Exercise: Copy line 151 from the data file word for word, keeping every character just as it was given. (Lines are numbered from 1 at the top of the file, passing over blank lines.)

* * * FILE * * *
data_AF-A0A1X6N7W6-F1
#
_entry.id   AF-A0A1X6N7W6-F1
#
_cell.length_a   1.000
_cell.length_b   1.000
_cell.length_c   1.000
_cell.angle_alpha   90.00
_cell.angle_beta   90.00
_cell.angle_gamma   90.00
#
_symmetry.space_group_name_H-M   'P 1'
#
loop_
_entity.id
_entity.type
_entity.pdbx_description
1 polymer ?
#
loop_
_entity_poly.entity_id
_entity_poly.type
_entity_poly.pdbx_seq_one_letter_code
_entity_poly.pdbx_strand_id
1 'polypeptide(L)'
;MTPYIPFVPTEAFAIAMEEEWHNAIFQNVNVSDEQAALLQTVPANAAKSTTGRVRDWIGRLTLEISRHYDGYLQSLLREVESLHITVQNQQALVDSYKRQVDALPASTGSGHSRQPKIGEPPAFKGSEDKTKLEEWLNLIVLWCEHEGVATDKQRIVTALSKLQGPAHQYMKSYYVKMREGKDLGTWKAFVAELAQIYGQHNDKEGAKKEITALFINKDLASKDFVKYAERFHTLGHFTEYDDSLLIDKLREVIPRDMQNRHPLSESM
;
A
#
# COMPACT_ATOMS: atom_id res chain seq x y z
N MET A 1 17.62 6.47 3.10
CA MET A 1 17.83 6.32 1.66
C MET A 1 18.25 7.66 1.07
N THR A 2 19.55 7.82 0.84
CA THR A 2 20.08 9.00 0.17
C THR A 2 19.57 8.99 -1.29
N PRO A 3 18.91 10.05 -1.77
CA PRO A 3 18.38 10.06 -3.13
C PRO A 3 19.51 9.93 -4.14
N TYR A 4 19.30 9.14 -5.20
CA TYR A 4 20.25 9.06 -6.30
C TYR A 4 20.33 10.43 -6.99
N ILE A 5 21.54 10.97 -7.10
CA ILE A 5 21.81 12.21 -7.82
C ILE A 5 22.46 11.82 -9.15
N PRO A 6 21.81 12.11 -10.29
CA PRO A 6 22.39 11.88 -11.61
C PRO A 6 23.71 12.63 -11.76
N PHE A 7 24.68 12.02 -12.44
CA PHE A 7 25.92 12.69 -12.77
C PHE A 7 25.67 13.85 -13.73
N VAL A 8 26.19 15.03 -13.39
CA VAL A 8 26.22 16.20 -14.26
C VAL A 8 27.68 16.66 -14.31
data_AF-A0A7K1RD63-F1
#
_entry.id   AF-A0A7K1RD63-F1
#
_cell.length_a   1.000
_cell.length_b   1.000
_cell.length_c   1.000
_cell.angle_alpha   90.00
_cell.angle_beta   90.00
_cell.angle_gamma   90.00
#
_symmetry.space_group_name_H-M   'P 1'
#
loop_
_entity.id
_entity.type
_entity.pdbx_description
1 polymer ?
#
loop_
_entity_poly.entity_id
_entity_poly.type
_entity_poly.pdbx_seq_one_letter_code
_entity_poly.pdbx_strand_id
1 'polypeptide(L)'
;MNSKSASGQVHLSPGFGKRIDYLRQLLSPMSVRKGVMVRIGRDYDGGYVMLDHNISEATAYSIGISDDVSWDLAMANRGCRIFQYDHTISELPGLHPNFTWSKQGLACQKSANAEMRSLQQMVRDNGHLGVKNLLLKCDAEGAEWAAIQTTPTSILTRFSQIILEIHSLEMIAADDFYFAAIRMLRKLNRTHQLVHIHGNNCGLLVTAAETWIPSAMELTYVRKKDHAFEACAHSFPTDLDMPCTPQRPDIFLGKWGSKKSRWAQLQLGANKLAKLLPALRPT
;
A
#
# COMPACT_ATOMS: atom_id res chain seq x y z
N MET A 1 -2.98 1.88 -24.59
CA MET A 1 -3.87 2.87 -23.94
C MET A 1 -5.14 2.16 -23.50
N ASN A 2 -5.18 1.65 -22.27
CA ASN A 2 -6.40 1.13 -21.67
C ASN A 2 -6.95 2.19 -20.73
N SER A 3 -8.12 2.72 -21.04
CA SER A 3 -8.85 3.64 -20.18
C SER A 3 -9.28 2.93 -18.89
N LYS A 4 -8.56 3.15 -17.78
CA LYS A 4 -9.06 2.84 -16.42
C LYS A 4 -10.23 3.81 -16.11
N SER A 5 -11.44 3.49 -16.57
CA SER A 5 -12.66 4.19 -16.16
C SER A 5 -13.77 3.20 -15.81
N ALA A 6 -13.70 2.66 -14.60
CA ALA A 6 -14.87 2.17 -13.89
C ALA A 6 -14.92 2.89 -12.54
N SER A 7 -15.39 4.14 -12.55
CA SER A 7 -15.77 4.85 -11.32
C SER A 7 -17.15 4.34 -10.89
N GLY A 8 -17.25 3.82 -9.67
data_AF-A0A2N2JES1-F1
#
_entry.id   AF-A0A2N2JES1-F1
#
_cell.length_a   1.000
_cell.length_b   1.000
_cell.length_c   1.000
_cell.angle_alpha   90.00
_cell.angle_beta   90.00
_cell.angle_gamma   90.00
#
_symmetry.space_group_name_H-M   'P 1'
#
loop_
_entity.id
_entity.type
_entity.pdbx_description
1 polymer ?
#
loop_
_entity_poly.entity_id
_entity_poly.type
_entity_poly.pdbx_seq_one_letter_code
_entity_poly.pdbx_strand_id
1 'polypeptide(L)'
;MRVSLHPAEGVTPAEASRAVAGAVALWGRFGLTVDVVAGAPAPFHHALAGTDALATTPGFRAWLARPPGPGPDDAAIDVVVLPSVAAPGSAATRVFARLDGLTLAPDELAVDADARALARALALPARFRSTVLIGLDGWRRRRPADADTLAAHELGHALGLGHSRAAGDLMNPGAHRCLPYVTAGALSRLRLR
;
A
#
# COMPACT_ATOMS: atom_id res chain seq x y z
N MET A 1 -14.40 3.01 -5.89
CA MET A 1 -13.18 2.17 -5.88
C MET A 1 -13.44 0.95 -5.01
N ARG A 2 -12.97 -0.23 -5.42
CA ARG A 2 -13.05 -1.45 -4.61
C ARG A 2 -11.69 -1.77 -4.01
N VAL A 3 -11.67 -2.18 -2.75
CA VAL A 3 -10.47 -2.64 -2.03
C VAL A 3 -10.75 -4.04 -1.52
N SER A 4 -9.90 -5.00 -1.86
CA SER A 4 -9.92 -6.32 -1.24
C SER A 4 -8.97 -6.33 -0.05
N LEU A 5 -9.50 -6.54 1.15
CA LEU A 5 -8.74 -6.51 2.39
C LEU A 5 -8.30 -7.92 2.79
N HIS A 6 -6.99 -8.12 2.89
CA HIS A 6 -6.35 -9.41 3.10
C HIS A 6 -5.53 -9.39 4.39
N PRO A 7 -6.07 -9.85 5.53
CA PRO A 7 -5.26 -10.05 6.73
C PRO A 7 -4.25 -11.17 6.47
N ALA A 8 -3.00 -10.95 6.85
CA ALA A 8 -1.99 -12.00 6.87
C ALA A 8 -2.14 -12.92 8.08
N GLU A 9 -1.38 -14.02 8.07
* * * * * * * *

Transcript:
C LEU A 5 -8.30 -7.92 2.79